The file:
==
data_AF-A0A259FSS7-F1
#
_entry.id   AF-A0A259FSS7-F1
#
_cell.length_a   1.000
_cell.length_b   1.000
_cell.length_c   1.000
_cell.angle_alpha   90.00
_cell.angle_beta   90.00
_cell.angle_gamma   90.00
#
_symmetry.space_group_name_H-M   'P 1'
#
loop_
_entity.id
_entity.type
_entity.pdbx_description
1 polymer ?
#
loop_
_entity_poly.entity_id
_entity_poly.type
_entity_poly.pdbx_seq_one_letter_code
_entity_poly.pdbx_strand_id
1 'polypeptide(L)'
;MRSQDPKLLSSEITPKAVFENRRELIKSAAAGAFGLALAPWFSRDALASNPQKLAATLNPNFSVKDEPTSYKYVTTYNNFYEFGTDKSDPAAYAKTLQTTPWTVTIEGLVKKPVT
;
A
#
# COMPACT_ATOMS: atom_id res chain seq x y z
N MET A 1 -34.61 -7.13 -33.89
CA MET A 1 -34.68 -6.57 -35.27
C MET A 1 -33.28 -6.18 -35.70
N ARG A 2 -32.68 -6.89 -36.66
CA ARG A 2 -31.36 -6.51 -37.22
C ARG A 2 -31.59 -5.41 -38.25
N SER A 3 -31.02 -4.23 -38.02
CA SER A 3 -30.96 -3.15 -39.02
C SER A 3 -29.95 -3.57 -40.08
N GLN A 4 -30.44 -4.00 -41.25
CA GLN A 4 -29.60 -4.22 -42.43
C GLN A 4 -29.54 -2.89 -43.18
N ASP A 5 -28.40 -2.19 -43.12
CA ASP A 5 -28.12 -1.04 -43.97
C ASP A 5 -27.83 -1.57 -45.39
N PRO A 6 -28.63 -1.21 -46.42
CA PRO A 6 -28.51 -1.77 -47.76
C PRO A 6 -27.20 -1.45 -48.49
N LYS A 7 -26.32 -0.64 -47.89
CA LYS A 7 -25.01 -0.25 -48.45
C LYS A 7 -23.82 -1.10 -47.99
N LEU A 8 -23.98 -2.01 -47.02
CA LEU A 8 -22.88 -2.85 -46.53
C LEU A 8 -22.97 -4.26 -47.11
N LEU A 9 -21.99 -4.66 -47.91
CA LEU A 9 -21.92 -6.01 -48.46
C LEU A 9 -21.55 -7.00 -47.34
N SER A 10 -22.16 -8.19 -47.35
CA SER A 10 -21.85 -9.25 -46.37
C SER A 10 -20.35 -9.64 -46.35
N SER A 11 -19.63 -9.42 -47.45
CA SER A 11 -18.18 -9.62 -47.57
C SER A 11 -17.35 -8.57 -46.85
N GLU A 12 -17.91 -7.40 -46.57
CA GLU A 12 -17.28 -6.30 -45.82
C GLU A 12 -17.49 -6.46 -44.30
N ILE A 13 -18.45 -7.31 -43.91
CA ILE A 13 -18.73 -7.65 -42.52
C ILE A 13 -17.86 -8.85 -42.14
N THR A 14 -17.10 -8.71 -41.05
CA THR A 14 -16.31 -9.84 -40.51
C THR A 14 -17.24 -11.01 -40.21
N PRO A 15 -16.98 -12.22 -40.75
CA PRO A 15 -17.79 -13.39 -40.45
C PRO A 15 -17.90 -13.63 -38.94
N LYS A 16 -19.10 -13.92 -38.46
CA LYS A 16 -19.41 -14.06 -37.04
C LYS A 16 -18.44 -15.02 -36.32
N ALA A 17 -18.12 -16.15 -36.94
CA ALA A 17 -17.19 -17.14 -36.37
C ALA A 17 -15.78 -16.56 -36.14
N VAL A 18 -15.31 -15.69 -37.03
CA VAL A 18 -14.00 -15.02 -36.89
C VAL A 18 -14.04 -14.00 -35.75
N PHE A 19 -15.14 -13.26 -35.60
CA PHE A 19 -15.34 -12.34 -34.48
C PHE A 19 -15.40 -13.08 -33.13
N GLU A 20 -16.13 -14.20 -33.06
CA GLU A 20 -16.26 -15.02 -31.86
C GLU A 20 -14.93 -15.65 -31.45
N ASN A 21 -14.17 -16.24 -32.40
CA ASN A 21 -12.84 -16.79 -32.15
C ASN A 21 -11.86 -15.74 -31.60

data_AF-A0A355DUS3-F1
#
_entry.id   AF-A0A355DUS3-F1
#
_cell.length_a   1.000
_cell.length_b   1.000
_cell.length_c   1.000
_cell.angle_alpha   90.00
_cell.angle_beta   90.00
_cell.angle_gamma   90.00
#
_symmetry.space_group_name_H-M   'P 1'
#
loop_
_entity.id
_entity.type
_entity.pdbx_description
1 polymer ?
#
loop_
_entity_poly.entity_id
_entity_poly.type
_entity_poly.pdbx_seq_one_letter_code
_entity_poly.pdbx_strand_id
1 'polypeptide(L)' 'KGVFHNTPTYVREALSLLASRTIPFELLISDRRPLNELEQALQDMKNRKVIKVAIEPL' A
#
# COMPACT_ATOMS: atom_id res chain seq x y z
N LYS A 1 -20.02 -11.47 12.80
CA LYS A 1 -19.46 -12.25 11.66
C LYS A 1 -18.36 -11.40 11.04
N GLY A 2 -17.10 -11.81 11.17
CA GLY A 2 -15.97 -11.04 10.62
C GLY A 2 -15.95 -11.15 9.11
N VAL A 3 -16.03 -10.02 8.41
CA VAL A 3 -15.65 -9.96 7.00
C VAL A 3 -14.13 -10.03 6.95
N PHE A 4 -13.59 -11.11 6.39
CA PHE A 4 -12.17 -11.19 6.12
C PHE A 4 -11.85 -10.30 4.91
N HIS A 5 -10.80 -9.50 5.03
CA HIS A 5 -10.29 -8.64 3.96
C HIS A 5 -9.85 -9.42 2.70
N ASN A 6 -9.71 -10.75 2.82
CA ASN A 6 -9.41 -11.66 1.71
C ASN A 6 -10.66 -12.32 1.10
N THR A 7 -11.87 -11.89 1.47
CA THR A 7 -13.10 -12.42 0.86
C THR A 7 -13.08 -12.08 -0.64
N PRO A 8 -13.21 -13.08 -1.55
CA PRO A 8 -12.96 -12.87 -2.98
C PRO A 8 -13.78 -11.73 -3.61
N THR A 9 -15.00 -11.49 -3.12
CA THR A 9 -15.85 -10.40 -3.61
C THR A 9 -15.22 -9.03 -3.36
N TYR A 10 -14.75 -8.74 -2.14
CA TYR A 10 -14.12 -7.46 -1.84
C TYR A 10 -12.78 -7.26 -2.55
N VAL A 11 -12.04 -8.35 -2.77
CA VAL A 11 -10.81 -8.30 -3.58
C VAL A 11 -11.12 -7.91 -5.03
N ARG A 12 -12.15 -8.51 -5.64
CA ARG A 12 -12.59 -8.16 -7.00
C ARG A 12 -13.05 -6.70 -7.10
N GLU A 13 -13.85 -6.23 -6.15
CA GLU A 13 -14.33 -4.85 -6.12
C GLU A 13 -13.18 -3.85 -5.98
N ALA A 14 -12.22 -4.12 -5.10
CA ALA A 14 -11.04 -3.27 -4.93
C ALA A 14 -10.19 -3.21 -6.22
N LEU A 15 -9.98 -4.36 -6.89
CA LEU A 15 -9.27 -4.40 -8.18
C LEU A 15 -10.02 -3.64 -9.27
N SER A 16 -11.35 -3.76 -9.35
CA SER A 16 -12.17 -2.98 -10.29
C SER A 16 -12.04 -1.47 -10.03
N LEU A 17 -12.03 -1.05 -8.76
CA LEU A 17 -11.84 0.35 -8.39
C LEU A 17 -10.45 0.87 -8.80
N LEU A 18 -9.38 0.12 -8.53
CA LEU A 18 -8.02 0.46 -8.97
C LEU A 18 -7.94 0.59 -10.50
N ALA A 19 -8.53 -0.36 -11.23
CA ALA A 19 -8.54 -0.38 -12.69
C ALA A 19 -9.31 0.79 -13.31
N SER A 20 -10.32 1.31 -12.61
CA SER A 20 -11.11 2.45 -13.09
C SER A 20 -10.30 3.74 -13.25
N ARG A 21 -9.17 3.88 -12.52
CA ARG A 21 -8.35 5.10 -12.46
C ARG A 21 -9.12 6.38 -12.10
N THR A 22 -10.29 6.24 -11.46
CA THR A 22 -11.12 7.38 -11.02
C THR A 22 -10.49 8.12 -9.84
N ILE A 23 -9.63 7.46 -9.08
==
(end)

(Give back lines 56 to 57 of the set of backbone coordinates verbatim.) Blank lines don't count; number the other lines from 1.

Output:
CA LEU A 9 -21.92 -6.01 -48.46
C LEU A 9 -21.55 -7.00 -47.34